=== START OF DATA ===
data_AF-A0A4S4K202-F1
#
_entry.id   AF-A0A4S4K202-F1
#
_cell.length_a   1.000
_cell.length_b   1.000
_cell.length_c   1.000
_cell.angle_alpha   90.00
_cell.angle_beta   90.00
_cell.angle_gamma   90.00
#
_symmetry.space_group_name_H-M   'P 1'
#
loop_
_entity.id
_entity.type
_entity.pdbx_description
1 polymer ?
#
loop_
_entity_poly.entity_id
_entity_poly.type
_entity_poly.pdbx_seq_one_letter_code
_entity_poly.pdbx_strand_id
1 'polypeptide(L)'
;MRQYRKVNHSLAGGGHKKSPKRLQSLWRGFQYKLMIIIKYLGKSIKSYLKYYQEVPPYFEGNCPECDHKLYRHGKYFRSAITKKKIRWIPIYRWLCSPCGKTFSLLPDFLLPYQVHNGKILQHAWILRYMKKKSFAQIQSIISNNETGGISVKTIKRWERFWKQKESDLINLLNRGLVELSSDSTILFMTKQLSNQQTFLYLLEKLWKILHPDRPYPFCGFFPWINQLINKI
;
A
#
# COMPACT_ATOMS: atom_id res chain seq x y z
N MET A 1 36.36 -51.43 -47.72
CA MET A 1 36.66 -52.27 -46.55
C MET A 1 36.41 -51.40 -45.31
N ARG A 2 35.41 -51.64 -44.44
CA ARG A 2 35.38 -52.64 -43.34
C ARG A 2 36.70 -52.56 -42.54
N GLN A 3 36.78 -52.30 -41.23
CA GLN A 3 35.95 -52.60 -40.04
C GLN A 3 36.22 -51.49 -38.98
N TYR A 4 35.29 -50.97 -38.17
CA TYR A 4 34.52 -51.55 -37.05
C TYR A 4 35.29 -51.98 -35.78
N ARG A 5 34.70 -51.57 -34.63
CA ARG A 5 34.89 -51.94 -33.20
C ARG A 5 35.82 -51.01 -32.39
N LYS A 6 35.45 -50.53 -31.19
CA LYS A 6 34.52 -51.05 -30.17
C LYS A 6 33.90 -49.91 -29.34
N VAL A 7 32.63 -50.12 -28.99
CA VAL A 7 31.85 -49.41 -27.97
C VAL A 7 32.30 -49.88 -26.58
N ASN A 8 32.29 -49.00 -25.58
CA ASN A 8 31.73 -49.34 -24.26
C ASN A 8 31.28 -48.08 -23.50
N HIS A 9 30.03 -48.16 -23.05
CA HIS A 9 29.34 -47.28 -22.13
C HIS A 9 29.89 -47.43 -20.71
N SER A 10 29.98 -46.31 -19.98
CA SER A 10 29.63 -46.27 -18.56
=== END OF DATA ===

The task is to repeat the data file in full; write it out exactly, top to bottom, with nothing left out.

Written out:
data_AF-A0A4S4K202-F1
#
_entry.id   AF-A0A4S4K202-F1
#
_cell.length_a   1.000
_cell.length_b   1.000
_cell.length_c   1.000
_cell.angle_alpha   90.00
_cell.angle_beta   90.00
_cell.angle_gamma   90.00
#
_symmetry.space_group_name_H-M   'P 1'
#
loop_
_entity.id
_entity.type
_entity.pdbx_description
1 polymer ?
#
loop_
_entity_poly.entity_id
_entity_poly.type
_entity_poly.pdbx_seq_one_letter_code
_entity_poly.pdbx_strand_id
1 'polypeptide(L)'
;MRQYRKVNHSLAGGGHKKSPKRLQSLWRGFQYKLMIIIKYLGKSIKSYLKYYQEVPPYFEGNCPECDHKLYRHGKYFRSAITKKKIRWIPIYRWLCSPCGKTFSLLPDFLLPYQVHNGKILQHAWILRYMKKKSFAQIQSIISNNETGGISVKTIKRWERFWKQKESDLINLLNRGLVELSSDSTILFMTKQLSNQQTFLYLLEKLWKILHPDRPYPFCGFFPWINQLINKI
;
A
#
# COMPACT_ATOMS: atom_id res chain seq x y z
N MET A 1 36.36 -51.43 -47.72
CA MET A 1 36.66 -52.27 -46.55
C MET A 1 36.41 -51.40 -45.31
N ARG A 2 35.41 -51.64 -44.44
CA ARG A 2 35.38 -52.64 -43.34
C ARG A 2 36.70 -52.56 -42.54
N GLN A 3 36.78 -52.30 -41.23
CA GLN A 3 35.95 -52.60 -40.04
C GLN A 3 36.22 -51.49 -38.98
N TYR A 4 35.29 -50.97 -38.17
CA TYR A 4 34.52 -51.55 -37.05
C TYR A 4 35.29 -51.98 -35.78
N ARG A 5 34.70 -51.57 -34.63
CA ARG A 5 34.89 -51.94 -33.20
C ARG A 5 35.82 -51.01 -32.39
N LYS A 6 35.45 -50.53 -31.19
CA LYS A 6 34.52 -51.05 -30.17
C LYS A 6 33.90 -49.91 -29.34
N VAL A 7 32.63 -50.12 -28.99
CA VAL A 7 31.85 -49.41 -27.97
C VAL A 7 32.30 -49.88 -26.58
N ASN A 8 32.29 -49.00 -25.58
CA ASN A 8 31.73 -49.34 -24.26
C ASN A 8 31.28 -48.08 -23.50
N HIS A 9 30.03 -48.16 -23.05
CA HIS A 9 29.34 -47.28 -22.13
C HIS A 9 29.89 -47.43 -20.71
N SER A 10 29.98 -46.31 -19.98
CA SER A 10 29.63 -46.27 -18.56